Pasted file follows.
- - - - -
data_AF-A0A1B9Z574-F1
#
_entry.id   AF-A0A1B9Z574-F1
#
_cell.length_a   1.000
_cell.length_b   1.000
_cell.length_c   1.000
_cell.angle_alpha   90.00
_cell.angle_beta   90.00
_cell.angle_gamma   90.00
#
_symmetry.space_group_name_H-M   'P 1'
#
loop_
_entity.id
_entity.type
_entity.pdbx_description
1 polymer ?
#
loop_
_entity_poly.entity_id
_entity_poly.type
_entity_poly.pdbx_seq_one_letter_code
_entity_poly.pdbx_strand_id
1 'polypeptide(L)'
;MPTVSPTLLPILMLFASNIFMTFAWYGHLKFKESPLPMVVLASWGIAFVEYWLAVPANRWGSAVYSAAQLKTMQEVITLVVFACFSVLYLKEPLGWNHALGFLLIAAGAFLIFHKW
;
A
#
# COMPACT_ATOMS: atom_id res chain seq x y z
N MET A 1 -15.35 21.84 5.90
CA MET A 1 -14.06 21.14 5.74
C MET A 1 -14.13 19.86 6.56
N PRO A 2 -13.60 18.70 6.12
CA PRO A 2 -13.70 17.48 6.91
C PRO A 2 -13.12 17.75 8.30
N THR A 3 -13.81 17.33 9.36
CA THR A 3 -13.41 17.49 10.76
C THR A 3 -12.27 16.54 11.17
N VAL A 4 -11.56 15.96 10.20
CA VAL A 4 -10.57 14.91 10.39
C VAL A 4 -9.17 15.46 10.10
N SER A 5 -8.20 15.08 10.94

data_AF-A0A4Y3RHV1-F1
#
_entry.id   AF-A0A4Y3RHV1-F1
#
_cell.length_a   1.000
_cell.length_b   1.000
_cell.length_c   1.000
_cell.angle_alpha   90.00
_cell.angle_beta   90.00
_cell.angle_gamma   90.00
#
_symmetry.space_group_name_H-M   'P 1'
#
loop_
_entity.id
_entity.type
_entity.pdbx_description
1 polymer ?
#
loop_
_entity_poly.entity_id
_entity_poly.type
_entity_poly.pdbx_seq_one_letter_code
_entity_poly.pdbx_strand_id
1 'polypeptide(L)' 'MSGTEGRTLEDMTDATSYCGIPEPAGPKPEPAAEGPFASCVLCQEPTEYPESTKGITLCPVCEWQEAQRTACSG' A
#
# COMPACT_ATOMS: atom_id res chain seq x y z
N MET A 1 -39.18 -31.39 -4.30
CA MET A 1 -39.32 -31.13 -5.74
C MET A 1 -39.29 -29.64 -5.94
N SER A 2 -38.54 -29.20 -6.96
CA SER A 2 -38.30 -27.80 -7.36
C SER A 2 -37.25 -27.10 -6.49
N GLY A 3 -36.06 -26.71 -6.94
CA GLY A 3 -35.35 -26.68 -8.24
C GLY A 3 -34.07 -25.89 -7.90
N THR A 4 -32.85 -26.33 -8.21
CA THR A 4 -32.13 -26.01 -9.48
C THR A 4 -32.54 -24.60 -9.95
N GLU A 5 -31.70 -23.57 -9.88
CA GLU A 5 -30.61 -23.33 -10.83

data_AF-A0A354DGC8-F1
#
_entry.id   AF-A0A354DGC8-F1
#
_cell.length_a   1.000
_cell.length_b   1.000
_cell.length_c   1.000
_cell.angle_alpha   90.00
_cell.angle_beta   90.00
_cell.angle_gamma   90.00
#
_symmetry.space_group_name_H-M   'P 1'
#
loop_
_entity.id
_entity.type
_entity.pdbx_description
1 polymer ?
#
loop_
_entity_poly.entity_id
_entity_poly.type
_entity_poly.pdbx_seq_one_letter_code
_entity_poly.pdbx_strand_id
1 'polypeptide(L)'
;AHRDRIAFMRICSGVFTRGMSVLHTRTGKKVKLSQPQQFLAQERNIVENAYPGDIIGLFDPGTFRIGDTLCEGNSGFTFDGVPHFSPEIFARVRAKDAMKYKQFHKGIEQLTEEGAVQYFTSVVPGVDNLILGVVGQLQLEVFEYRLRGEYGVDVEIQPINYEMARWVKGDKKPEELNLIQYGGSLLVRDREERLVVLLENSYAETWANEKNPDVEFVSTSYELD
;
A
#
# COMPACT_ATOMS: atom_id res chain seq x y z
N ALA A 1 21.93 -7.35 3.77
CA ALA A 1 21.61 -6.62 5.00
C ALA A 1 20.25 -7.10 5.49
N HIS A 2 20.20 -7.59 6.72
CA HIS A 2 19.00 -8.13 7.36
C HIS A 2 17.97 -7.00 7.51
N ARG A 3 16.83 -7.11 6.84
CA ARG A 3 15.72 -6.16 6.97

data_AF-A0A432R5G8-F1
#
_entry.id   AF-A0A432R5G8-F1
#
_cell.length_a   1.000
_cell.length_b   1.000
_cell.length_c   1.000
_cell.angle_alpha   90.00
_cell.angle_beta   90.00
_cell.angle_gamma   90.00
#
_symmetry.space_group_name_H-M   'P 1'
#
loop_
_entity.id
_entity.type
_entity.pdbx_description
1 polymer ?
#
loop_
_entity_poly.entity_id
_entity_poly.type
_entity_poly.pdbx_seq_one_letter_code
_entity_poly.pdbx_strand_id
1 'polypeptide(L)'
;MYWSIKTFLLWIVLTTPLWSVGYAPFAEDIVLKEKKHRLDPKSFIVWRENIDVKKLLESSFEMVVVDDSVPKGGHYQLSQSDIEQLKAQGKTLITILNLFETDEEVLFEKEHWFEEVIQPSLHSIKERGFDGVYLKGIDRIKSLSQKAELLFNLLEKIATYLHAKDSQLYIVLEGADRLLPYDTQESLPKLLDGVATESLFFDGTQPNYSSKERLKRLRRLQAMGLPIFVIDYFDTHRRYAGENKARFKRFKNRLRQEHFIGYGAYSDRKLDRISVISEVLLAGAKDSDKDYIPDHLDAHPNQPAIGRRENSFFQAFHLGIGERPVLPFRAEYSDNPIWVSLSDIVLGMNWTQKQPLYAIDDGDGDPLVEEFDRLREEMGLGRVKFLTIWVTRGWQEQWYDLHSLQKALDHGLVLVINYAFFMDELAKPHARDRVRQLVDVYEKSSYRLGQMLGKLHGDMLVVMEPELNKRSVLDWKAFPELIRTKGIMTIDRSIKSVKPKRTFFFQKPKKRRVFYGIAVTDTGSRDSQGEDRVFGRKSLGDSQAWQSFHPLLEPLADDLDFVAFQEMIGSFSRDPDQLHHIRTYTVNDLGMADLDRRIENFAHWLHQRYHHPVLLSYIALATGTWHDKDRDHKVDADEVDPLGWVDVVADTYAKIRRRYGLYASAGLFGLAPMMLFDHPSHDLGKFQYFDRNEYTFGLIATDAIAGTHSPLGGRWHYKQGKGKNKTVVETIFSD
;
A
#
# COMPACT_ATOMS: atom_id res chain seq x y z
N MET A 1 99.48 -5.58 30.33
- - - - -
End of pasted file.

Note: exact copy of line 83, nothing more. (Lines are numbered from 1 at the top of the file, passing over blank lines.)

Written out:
N GLU A 5 -31.70 -23.57 -9.88